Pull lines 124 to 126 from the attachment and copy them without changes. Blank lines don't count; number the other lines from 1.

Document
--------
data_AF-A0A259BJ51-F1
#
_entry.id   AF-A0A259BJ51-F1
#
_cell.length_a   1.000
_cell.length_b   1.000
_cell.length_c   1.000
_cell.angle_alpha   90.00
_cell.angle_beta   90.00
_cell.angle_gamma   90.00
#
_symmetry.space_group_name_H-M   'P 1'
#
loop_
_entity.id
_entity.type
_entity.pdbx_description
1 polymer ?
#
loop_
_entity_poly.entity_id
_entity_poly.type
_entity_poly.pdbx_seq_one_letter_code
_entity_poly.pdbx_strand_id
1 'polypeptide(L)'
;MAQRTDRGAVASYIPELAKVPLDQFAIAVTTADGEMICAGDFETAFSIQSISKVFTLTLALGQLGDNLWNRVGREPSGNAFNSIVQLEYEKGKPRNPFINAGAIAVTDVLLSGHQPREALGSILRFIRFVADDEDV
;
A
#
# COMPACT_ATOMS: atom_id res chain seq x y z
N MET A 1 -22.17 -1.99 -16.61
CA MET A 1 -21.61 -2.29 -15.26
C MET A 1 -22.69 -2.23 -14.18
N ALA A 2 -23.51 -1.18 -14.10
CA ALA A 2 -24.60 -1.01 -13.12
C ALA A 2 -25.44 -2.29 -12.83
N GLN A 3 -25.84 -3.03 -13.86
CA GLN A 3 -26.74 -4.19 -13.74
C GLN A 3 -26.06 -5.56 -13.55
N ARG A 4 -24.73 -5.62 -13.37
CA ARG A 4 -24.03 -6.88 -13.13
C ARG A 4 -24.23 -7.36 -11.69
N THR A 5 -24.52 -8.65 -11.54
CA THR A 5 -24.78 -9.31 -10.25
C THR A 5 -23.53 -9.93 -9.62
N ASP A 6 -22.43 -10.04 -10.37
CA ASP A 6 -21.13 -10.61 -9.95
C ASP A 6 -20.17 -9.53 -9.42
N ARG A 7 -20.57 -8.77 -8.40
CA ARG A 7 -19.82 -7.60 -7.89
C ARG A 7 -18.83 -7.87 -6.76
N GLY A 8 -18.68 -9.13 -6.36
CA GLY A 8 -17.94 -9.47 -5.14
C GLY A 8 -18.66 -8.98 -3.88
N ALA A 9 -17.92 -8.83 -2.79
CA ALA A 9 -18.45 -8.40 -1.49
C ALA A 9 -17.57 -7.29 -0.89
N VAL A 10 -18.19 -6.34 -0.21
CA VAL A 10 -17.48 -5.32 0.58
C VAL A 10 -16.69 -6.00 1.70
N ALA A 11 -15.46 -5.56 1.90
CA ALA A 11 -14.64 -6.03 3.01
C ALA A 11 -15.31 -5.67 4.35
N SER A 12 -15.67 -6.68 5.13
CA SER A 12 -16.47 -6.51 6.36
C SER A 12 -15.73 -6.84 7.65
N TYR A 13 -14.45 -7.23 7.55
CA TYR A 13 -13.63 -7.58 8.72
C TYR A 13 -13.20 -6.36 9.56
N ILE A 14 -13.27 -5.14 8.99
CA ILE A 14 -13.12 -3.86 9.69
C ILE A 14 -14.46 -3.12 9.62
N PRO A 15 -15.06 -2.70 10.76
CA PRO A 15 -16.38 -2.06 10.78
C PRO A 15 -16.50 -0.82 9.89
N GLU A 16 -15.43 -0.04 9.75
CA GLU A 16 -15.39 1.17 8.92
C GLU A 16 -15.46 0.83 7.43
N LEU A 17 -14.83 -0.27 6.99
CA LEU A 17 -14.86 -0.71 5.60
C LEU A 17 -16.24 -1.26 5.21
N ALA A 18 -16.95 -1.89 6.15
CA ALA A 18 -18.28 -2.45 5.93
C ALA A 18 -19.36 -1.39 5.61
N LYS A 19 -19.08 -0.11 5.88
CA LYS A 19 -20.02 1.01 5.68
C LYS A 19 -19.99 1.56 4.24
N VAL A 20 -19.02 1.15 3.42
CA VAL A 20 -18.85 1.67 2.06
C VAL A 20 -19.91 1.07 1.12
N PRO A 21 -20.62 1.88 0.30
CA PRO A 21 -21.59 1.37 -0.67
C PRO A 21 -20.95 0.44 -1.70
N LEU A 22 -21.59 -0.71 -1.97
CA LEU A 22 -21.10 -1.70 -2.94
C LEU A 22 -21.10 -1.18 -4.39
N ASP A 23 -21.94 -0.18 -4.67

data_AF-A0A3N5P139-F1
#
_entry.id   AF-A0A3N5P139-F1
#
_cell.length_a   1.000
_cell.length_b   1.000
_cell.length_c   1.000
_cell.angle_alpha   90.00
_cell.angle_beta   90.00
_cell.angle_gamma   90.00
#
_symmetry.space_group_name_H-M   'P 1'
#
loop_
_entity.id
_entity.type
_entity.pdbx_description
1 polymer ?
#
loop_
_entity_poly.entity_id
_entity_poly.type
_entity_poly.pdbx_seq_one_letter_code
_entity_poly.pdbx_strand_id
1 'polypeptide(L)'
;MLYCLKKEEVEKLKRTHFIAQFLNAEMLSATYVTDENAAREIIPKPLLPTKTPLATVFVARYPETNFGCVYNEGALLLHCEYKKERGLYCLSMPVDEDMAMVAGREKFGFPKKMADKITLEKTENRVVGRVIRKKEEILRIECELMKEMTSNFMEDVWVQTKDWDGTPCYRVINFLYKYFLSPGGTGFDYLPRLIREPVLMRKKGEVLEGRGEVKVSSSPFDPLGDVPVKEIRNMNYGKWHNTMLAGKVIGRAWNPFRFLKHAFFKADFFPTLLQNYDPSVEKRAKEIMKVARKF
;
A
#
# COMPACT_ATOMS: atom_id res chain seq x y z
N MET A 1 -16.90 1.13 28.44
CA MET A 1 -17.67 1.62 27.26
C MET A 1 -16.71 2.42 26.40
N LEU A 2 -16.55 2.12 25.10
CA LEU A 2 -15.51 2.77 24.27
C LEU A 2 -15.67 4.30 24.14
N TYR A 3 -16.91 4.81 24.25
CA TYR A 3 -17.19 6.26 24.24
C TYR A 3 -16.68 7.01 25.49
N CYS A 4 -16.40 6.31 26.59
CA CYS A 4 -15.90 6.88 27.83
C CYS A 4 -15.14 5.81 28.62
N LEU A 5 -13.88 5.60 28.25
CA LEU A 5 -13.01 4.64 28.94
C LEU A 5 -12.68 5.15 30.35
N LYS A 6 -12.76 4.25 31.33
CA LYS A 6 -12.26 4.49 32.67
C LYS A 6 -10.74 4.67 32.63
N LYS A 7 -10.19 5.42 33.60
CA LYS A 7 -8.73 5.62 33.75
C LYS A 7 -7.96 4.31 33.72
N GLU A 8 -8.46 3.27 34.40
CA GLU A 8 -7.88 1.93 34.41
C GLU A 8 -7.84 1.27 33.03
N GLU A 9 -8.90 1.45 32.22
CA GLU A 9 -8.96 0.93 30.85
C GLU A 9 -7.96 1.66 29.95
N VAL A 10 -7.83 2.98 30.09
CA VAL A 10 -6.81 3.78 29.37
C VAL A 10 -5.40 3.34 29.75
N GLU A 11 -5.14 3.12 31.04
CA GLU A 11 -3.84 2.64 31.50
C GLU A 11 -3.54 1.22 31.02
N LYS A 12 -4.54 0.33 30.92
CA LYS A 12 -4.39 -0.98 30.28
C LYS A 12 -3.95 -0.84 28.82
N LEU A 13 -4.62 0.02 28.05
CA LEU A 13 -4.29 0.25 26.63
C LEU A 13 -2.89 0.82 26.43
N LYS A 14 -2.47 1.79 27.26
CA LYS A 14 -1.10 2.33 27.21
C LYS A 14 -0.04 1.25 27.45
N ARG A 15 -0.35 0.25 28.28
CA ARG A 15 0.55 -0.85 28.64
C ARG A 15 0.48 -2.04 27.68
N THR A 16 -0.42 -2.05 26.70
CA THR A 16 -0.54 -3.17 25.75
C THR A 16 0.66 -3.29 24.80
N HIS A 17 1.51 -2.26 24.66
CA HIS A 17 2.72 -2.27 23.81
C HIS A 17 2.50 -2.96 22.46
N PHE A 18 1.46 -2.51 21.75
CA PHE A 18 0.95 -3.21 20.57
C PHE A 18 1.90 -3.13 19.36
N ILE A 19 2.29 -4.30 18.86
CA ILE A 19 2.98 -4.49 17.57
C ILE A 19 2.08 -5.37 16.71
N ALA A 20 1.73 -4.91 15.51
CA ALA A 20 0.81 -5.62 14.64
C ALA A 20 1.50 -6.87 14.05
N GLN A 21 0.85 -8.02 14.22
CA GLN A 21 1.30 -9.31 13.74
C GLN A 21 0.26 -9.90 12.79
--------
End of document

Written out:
;
A
#